The Hopi Nation is situated atop three magnificent mesas in eastern Arizona, about an hour-and-a-half across the New Mexico border. They are in their own time zone — Mountain Standard Time — where time never changes and we have been confused since we arrived here! Mostly because the rest of the surrounding world is an hour later. Our phones and computers are confused, too. My phone records MST while my computer records Mountain Daylight Time. We are constantly doing a time check.
The same has been true in Teotitlan del Valle, Oaxaca, where time also never changed until this year when Mexico did away with daylight savings time. Before that, we were always asking, Is it Teotitlan time or Oaxaca city time when making dates and appointments! I’ve said repeatedly over the years that the Mayas believed that those who controlled time controlled the world. Here, this is true, too.
Today, when we visited katsina carver Eli Taylor at his humble home between the Second and Third Mesas, he told us, Hopi time is when you are good and ready. Time does not stand still, but it is definitely not a priority to mind the clock in indigenous culture. Life has its own rhythms based on planting and harvesting, tribal celebrations and rituals, community and family commitments.
On Sunday afternoon, we arrived on the Hopi Second Mesa, checked into our room at the Hopi Cultural Center, then made our way to the Hopi Veteran’s Memorial Hall for the fall harvest celebration that included traditional dancing and a artisan trade fair. We were the only Anglos there! It was an amazing gathering of tribal arts that included food, jewelry, pottery, painting, and clothing. We saw handmade moccasins. We met artisans from the region, but also those who traveled from the Zuni, Kewa and Navajo nations to sell. The prices were amazing because they were selling to each other and not to a tourist audience.
On Monday, we had scheduled a morning meeting with basket maker Marvene Dawahoya and her husband, Nuvadi who carves katsina’s from cottonwood root. I had met them at the Free Indian Market in Santa Fe in August a couple of years ago. When we drove up, we were greeted by them and the sight of native corn drying on racks in front of the house. We learn that the corn is grown using the dry farming method: the seeds are planted a foot deep and three feet apart. Leaves are stipped from the stalk, leaving only three at the pinnacle, so that all the energy goes into making the kernels. This is ancestral corn, adapted to a dry climate, a technique passed down through the generations. Useful for global warming? I think so! The ancients have much to teach us.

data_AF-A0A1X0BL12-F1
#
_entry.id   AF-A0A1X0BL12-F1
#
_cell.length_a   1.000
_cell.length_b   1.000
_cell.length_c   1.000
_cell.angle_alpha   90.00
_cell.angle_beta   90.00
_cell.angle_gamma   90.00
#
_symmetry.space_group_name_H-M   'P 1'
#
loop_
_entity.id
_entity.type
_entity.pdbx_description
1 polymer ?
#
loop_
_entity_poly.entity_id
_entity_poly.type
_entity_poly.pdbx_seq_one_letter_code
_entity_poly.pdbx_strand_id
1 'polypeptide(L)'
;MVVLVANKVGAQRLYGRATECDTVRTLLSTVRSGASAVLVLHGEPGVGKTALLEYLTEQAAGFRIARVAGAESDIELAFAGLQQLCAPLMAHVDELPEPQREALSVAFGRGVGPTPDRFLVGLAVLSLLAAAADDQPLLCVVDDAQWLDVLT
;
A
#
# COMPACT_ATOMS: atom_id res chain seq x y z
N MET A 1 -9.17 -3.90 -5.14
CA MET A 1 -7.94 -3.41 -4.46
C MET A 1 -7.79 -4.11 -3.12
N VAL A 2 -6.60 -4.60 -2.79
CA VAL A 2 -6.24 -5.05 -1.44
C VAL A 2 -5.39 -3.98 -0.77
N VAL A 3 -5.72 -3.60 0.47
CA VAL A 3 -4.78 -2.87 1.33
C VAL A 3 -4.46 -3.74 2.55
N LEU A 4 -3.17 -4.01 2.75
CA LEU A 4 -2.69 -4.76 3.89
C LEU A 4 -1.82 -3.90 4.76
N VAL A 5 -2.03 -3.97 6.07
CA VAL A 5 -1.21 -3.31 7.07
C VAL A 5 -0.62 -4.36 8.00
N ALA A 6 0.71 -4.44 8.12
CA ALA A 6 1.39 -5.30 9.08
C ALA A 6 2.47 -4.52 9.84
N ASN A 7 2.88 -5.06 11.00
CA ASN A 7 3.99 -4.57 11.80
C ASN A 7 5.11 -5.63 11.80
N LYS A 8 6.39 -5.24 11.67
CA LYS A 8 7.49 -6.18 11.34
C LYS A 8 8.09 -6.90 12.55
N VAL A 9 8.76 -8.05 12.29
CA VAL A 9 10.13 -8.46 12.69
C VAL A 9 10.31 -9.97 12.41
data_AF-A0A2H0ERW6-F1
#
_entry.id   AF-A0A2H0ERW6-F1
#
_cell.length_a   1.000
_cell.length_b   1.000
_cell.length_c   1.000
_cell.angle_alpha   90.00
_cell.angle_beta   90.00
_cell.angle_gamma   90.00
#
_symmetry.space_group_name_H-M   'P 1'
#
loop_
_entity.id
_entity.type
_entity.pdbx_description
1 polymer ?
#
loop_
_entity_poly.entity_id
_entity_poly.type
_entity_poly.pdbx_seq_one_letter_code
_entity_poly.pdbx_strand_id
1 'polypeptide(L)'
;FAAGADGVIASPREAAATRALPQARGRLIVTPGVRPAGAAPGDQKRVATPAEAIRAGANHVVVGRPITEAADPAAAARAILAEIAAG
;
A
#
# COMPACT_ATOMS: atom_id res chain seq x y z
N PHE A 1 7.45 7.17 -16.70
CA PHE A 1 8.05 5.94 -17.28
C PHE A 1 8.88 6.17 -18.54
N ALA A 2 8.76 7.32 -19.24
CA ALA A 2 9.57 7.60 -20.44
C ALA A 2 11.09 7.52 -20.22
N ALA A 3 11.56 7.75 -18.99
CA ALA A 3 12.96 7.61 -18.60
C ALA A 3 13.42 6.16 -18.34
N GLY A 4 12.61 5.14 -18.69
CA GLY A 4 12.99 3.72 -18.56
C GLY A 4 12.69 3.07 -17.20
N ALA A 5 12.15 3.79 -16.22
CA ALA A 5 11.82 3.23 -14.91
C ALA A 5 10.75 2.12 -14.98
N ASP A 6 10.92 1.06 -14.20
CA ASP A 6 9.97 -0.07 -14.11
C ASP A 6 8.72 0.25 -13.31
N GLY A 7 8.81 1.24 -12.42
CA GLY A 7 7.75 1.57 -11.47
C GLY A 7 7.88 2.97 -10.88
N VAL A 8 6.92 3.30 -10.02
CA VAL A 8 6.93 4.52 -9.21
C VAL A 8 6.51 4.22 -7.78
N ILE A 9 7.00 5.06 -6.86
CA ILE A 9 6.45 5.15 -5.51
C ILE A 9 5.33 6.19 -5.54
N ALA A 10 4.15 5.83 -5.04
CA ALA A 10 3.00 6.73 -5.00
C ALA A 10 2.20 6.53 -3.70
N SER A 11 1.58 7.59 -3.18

Marvene goes into the valley below to cut the yucca leaves. She soaks and strips them, colors them and then weaves them. Nuvadi makes the rim ring from sumac branches using traditional methods.
Nuvadi comes from the Spider Clan. Marvene is from the Bear Clan, recognizing the power of the region’s Black Bear. All of the Shungopavi village leaders must be members of the Bear Clan. When a man marries, he becomes part of his wife’s clan — lineage is passed through the mother. But it is the man who who has the honor and responsibility for naming the children.
They explained to us that Hopi people believe they emerged from the bottom of the Grand Canyon, a sacred place for them.
We spent several hours with them at their humble home in Shungopavi village as they talked about their craft and their culture, gifting us with field grown squash and Piki, a Hopi-style blue corn bread made from meal that is cooked on a hot stone (like a comal) so it has the thin crunchy consistency of phyllo leaves, then rolled to look like a taco. Marvene said it can be crumbled into water to eat like a pudding, or just eaten hand to mouth as we did. Delicious!
After a picnic lunch, we set out to find Eli Taylor, a katsina carver who I also met at the Santa Fe Free Indian Market. He is building a one-room concrete block home on land his grandmother gifted him, just outside the gates of the Veteran’s Memorial building. Eli, who is almost age 70, is doing all the construction himself. He’s been carving and painting cottonwood root since age ten, a skill he learned from his uncle, and uses mostly natural pigments. He tells us the story of his original name: Wajshi (we don’t really know the spelling). When his father was born, the hospital couldn’t pronounce the family name, so they gave him the last name of Taylor on the birth certificate! And, so it goes.
Eli shows at the Heard Museum in Phoenix and is considered to be one of the finest katsina carvers in the region. He farms, grows watermelon, and gave us a melon as a gift when we departed.
I made a mental note of this similarity to Oaxaca. Often, in Teotitlan del Valle, I am given a gift of eggs or avocados or squash or chocolate as a thank you for visiting.
Of course, we left with treasures that we will cherish forever (or for the remaining years of our life!). I think one of the greatest pleasures we have is to meet artisans and support them where they live and work, ensuring that 100% of the cost of what they make goes directly to them.
Tomorrow, October 3, we will be on the road, first to Tuba City and the Painted Desert, then on to Monument Valley. To be continued.